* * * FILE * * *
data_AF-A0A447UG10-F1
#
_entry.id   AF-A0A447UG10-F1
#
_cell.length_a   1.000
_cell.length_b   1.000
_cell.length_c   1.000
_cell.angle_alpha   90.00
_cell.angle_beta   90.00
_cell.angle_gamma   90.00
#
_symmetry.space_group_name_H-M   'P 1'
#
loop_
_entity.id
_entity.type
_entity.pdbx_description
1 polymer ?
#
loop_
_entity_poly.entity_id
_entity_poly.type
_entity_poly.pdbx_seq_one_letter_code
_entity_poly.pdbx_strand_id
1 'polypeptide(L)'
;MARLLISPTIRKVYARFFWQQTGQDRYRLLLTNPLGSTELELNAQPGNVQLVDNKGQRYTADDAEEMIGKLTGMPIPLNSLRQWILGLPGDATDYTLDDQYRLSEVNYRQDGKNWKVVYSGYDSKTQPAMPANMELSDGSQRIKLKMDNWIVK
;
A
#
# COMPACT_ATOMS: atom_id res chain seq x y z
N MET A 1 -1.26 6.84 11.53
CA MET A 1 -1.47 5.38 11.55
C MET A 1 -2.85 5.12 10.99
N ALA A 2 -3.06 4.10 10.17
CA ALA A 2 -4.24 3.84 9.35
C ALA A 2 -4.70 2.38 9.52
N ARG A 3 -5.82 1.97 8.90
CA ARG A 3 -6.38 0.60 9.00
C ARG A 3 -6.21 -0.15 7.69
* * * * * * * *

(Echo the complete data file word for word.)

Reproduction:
data_AF-A0A447UG10-F1
#
_entry.id   AF-A0A447UG10-F1
#
_cell.length_a   1.000
_cell.length_b   1.000
_cell.length_c   1.000
_cell.angle_alpha   90.00
_cell.angle_beta   90.00
_cell.angle_gamma   90.00
#
_symmetry.space_group_name_H-M   'P 1'
#
loop_
_entity.id
_entity.type
_entity.pdbx_description
1 polymer ?
#
loop_
_entity_poly.entity_id
_entity_poly.type
_entity_poly.pdbx_seq_one_letter_code
_entity_poly.pdbx_strand_id
1 'polypeptide(L)'
;MARLLISPTIRKVYARFFWQQTGQDRYRLLLTNPLGSTELELNAQPGNVQLVDNKGQRYTADDAEEMIGKLTGMPIPLNSLRQWILGLPGDATDYTLDDQYRLSEVNYRQDGKNWKVVYSGYDSKTQPAMPANMELSDGSQRIKLKMDNWIVK
;
A
#
# COMPACT_ATOMS: atom_id res chain seq x y z
N MET A 1 -1.26 6.84 11.53
CA MET A 1 -1.47 5.38 11.55
C MET A 1 -2.85 5.12 10.99
N ALA A 2 -3.06 4.10 10.17
CA ALA A 2 -4.24 3.84 9.35
C ALA A 2 -4.70 2.38 9.52
N ARG A 3 -5.82 1.97 8.90
CA ARG A 3 -6.38 0.60 9.00
C ARG A 3 -6.21 -0.15 7.69